ST. LOUIS -- The people Tom Glavine least wanted to see approach him in the bottom of the fourth inning had to include a Queens cab driver and a beekeeper.

But Albert Pujols had to rank somewhere in the top three.

At that point, Glavine's Mets led Game 5 of the National League Championship Series, 2-0, and Pujols was still empty.

Including the last two Division Series games against San Diego, Pujols had gone six straight games without driving in a run. He hadn't had an RBI since Oct. 5. For a run-producing robot like him, this was like Jared going 12 days without a Subway sandwich.

And on the seventh day, Albert wasn't going to rest. You didn't need to be the winner of 304 games, including those in the postseason, to dislike those odds.

Also, odds were Glavine disliked the idea of being the one who brings Pujols to life, but such are the vagaries of taking your turn on the mound.

"When you have a guy struggling in a series, you go after him," said Glavine, clearly not a law-of-averages fan. "He's putting as much pressure on himself to make something happen as there is on us to try to keep him struggling.

"Sometimes, it's a good thing when a guy is struggling like that."

This wasn't one of those times.

Phat Albert pulled a fat 2-and-2 changeup over the left-field fence, pulling the Cardinals back into the game. Nine batters later, Glavine was out of the game.

Four innings later, the Cardinals were one step away from their second World Series appearance in three years.

"You know," St. Louis manager Tony La Russa said, "we were sitting on zero, and [Pujols' homer] got us going and really perked us up. Give Albert a lot of credit."

Care to, Mr. Glavine?

Five days earlier, you might recall, Pujols had not offered the proverbial tip of the cap to the lefty for his work in setting up a 2-0 Mets win, saying Glavine "wasn't good at all. We just didn't get some opportunities, and that's it."

We could call this even had Glavine only said that Pujols "wasn't good at all. He just hit a mistake pitch my grocer could have hit."

Which, of course, isn't what Glavine said at all. Although, he did imply that Pujols batted only .500 on pitches just begging to be crushed.

"I made a couple mistakes to Albert, and he hit one of them," Glavine said. "In the first, I tried to go away with a changeup, hung it, and he popped it up [to center]. The second time, I wanted to get a change in, but it leaked back over the plate a little bit."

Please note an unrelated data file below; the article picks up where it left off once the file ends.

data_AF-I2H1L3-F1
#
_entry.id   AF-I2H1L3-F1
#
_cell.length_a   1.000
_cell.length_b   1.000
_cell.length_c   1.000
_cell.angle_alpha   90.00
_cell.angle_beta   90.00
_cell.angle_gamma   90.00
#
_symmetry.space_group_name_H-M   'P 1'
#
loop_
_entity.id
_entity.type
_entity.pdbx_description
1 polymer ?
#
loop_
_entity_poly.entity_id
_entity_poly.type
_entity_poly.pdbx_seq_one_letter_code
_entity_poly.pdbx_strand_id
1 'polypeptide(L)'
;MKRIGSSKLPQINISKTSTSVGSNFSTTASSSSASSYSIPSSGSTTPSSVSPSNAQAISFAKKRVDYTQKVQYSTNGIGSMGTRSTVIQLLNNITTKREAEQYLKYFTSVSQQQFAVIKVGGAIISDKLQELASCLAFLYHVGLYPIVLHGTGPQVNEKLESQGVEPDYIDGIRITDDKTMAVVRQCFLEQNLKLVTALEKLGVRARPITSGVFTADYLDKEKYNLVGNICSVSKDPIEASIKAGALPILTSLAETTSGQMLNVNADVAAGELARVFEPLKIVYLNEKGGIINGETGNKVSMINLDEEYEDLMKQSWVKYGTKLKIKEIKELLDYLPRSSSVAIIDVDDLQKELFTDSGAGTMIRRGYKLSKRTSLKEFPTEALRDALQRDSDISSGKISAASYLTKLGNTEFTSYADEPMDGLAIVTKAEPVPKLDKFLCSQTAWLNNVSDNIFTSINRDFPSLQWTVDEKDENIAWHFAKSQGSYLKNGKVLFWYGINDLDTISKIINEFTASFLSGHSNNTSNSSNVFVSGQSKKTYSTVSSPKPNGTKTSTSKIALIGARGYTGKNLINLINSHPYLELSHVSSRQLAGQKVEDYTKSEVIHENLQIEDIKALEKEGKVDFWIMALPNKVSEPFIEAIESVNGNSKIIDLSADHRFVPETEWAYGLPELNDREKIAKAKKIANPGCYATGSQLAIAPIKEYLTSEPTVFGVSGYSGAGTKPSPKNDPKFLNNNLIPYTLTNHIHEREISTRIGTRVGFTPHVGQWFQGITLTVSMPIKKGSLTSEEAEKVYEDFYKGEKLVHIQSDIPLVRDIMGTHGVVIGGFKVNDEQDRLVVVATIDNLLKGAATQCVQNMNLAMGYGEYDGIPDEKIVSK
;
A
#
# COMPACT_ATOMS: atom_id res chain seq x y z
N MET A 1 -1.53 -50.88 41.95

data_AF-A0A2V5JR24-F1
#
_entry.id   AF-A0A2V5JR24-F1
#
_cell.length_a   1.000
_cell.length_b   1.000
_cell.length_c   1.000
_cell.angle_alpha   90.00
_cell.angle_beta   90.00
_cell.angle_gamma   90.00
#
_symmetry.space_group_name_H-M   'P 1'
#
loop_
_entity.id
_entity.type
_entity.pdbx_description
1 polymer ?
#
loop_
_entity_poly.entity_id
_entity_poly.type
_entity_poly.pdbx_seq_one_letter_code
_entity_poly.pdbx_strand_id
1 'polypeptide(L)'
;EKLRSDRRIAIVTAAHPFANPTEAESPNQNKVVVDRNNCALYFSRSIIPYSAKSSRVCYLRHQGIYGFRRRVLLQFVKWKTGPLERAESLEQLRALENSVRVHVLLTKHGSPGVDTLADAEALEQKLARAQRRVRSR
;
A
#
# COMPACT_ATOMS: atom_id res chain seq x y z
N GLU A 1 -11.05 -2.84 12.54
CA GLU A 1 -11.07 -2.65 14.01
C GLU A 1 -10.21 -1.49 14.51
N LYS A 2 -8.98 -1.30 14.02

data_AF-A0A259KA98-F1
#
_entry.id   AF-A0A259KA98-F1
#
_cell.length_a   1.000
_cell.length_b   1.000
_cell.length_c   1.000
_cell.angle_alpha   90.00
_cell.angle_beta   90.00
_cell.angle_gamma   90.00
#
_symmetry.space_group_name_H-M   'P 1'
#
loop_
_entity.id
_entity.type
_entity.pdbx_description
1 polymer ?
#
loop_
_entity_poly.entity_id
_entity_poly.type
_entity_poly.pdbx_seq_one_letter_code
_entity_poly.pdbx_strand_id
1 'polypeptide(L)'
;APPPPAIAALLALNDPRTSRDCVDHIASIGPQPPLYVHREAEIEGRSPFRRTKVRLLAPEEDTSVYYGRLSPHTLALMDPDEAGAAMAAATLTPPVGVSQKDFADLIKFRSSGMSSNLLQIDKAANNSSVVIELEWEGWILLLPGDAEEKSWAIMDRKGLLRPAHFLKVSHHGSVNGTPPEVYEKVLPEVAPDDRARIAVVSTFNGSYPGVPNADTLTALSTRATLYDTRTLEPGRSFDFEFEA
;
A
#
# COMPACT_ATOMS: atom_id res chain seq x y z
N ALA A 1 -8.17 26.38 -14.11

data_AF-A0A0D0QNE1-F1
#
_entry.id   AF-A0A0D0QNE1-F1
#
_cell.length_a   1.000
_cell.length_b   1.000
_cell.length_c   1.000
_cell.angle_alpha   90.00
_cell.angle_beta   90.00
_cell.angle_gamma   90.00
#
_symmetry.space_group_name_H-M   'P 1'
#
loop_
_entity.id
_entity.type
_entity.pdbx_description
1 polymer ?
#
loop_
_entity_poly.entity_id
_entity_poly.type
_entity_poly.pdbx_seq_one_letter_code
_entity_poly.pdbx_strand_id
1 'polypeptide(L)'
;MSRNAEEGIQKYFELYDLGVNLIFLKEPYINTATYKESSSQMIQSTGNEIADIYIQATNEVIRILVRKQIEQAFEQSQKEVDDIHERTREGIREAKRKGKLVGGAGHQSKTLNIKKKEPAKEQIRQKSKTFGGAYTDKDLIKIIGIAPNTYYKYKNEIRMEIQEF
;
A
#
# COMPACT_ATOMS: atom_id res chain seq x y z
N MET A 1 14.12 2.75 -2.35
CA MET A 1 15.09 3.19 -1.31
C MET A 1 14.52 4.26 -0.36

Glavine's performance fell a little short of the demonstration for which he had hoped. Earlier, discussing his next start as well as Pujols' review of the last one, Glavine had said, "If he truly didn't think I pitched well the other night, then I hope I do something tomorrow night to really impress him."

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In today's game, juicy feuds are very rare. Baseball is a civil war only in the sense that everyone is so civil, which isn't a bad thing, only somewhat colorless.

So, even though Pujols and Glavine have recently spoken of each other with a smile, it seemed to be a wolf's grin.

According to Pujols, Glavine wasn't different from what the Cardinals had seen in Shea Stadium. Only, this time the Cards beat him with better at-bats.

"We just made some good adjustments," Pujols said. "We had quality at-bats."

Glavine shrugged off culpability for two runs against him delivered by ground-ball singles: "Getting guys to hit the ball on the ground is what I'm trying to do. I can't control where they hit it."

However, Pujols included all of it among the ingredients of a championship.

"You need to take advantage of little breaks like that to win in the postseason," Pujols said. "When they make mistakes, you need to capitalize."


"You know, we were sitting on zero, and [Pujols' homer] got us going and really perked us up. Give Albert a lot of credit."
-- Cardinals manager Tony La Russa

Pujols' blow energized a Busch Stadium crowd of 46,496 towel-waving fans. From that point on, the Mets had to cope with a wall of noise as well as the astonishing stuff being dispensed first by Jeff Weaver, then his rag-tag team of relievers.

The electricity sizzled on high-tension wires. Regardless of outcome, there would be a tomorrow. Yet, neither team could find consolation in that. That was no buffer for letting this pivotal game get away.

The stakes felt like one of those department store blue-light specials: two-for-one, a sense influenced by Chris Carpenter being on deck for St. Louis.

To the Cardinals, thus, this one felt like the prelude to a clincher. To the Mets, it loomed as an elimination game even before they were down to their last lives.

For 10 innings of this NLCS, trying to hit Glavine's pitches, the Cardinals were like Charlie Brown trying to kick that football being held by Lucy. It was right there, but when they swung through, it wasn't.

Then Pujols, who had been a ticking time bomb since Oct. 5, went off. And now the clock is ticking for the Mets.

"I'm glad we could come back, but we need to play hard," Pujols said. "You can't take anything for granted. But we play the game hard, and now that we're in the postseason, we caught our second wind.

"That's where we are right now."

Right now, the Cardinals' second wind is blowing with gale force across Flushing. Maybe John Maine can do something to impress Albert and the rest of the Cardinals, not to mention all the Mets fans squinting to see a Game 7.